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What’s the difference between an urban myth and a fact supported by evidence? Not a lot, it seems.
Nearly 3 in 10 (29%) Americans say the novel coronavirus was most likely created in a laboratory, according to a survey of nearly 9,000 adults in the U.S. conducted from March 10 to 16, 2020 by the Pew Research Center, a nonprofit, nonpartisan think tank.
However, a sizable minority have a conspiracy theory about how it started. Roughly one quarter of adults (23%) say it is most likely that the current strain of coronavirus was developed intentionally in a laboratory, while 6% say it was most likely made accidentally in a lab.
That’s despite evidence that the virus came about naturally and jumped from a bat in a food market to another animal and then to a human, according to scientists, “though there is some uncertainty about how it first infected people,” Pew noted.
Younger U.S. adults were more likely than older people to say the virus was developed in a lab: One-third of adults aged 18 to 29 said it was developed in a lab (35%) versus 21% of adults 65 and older. Experts say it likely emerged at a food market in Wuhan, China.
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Beliefs about the virus are also split along educational lines. Those with a bachelor’s degree or more education are less likely than those with a high-school diploma or less education to say that the new coronavirus was created in a lab (19% versus 35% with a high-school diploma).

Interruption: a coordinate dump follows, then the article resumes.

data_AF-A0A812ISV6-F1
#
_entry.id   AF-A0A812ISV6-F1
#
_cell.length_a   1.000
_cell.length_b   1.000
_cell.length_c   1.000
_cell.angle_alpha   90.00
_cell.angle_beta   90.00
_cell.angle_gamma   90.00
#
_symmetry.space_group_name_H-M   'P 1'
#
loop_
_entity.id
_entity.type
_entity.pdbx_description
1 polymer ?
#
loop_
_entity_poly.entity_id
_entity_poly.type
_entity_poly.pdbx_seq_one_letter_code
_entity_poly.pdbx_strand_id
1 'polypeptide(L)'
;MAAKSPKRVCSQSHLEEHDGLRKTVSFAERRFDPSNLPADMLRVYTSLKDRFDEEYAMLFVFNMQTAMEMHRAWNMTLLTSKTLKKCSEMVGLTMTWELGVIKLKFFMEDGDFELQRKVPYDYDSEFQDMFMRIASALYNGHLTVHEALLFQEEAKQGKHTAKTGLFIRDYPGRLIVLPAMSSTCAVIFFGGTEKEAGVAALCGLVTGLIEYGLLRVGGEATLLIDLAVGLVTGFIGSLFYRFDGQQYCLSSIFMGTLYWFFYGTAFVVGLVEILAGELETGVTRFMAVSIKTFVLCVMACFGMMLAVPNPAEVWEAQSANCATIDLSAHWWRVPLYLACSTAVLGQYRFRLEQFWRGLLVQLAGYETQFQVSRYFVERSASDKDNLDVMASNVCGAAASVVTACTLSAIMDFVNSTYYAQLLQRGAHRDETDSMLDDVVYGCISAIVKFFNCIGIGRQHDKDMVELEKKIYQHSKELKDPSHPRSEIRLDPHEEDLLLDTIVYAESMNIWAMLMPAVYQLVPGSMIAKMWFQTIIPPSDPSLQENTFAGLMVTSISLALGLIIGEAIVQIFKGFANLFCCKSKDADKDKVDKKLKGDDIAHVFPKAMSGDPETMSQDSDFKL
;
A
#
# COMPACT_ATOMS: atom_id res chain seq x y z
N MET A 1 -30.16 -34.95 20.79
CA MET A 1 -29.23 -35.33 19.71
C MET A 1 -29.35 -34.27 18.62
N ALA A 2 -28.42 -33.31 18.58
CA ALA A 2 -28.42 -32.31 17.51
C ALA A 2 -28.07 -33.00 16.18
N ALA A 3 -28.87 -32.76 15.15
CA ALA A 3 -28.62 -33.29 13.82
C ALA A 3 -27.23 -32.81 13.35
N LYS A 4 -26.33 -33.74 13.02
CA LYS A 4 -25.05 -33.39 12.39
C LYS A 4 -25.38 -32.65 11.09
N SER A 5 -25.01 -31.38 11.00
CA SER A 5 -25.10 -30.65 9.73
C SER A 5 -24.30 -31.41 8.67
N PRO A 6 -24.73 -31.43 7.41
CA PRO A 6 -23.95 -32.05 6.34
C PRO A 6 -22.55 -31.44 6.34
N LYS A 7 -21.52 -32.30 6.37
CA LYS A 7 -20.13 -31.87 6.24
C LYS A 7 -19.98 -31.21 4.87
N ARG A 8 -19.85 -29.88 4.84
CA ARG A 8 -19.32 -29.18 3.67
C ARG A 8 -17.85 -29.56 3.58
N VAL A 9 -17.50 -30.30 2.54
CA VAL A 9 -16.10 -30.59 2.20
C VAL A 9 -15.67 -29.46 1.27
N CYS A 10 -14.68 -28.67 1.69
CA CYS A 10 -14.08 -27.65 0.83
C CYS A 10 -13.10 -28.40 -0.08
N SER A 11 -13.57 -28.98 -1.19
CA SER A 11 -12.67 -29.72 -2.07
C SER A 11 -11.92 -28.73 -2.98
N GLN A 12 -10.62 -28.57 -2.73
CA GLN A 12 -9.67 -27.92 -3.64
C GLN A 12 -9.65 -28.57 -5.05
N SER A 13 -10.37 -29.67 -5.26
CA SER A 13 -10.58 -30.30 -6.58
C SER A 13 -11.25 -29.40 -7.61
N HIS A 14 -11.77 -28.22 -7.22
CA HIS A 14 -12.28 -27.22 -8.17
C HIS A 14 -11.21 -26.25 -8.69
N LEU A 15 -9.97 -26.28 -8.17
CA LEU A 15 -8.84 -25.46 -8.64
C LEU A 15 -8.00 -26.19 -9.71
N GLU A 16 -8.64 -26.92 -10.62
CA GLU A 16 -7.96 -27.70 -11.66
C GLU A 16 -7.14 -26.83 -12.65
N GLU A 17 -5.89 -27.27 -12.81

A higher percentage of African-American adults (34%) and Hispanic adults (39%) said they believed the virus was created in a lab, significantly more than Caucasians (26%). A higher number of Republicans (37%) than Democrats (21%) also said coronavirus was likely lab-born.
Such speculation is at the very least unhelpful, health professionals say, and only serves to politicize a global public-health emergency and distract from potentially life-saving measures to contain and/or slow the spread of coronavirus. They say there is widespread misinformation.
Among questions people are confused about: Do masks protect against coronavirus? Does recirculated air on a plane make it more likely I’ll catch COVID-19, the disease caused by the virus? Does washing clothes protect against the disease? Read the answers here.
Coronavirus update: Worldwide, there were 2,402,798 million cases and 165,154 fatalities, as of Sunday evening. Nearly 243,000 of the 758,720 confirmed cases in the U.S. were in New York state. But New York City remains the national epicenter with at least 14,451 deaths, according to Johns Hopkins University’s Center for Systems Science and Engineering.
New York Gov. Andrew Cuomo has extended the lockdown until May 15. A law went into effect on Friday requiring New Yorkers to cover their faces in public. “You’re walking down the street alone? Great! You’re now at an intersection and there are people at the intersection, and you’re going to be in proximity to other people? Put the mask on. You don’t have the right to infect me.”